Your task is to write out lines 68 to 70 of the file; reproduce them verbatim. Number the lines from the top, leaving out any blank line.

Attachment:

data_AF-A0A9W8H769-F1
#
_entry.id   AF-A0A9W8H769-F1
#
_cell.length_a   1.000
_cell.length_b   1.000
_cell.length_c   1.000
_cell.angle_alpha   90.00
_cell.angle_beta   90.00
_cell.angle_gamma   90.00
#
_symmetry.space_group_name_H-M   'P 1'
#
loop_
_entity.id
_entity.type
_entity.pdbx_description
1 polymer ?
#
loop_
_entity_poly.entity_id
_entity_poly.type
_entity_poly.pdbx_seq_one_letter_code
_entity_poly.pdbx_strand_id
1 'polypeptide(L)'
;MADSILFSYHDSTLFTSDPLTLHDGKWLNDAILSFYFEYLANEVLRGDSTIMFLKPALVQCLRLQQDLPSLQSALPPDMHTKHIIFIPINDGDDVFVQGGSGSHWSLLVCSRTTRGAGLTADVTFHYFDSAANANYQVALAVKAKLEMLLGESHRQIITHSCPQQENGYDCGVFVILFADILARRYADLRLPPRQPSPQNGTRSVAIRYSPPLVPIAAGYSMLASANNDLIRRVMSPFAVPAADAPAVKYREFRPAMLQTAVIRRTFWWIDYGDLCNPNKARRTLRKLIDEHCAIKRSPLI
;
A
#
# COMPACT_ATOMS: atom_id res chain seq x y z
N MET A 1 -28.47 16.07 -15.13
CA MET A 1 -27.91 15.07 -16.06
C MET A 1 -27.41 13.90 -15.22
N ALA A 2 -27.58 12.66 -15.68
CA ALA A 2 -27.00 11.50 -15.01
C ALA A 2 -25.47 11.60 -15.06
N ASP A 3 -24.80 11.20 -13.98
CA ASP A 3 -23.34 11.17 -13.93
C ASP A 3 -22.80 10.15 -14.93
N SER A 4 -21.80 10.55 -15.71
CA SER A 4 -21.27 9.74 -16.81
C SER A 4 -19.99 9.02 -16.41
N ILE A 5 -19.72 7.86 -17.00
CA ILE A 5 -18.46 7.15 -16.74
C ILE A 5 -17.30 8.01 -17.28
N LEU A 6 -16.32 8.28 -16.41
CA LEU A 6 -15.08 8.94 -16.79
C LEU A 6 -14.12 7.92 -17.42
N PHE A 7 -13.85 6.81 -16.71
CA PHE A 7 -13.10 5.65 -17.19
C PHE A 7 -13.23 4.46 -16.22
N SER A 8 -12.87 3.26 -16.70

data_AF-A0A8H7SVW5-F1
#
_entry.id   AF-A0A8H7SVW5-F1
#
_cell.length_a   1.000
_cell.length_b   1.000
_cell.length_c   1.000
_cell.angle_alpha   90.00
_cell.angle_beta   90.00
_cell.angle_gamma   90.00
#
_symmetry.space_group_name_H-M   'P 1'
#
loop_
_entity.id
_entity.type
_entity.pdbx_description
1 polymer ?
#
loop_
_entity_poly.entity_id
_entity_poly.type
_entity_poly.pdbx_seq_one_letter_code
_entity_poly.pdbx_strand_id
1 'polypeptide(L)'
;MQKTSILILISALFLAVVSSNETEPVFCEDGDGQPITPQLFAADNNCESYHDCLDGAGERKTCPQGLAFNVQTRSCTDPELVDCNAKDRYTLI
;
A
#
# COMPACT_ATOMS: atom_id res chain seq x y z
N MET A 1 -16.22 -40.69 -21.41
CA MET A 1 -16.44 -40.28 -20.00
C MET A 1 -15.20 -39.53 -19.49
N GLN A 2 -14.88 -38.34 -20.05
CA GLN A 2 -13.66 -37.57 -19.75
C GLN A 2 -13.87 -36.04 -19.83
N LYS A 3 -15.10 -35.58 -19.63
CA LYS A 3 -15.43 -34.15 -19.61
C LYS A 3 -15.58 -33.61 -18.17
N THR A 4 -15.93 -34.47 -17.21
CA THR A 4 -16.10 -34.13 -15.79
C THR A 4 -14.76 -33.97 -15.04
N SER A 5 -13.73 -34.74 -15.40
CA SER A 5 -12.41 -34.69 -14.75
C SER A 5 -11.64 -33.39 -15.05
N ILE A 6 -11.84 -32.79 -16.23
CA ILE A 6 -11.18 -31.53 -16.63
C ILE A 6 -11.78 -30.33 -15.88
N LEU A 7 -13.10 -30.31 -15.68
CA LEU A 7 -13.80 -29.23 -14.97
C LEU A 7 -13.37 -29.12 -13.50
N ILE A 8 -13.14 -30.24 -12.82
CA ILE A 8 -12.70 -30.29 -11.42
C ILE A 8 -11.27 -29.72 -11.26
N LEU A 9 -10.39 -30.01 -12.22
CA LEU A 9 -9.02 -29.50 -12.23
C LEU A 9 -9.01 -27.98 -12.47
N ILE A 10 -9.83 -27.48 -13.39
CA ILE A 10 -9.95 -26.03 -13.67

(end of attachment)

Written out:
_entity.type
_entity.pdbx_description
1 polymer ?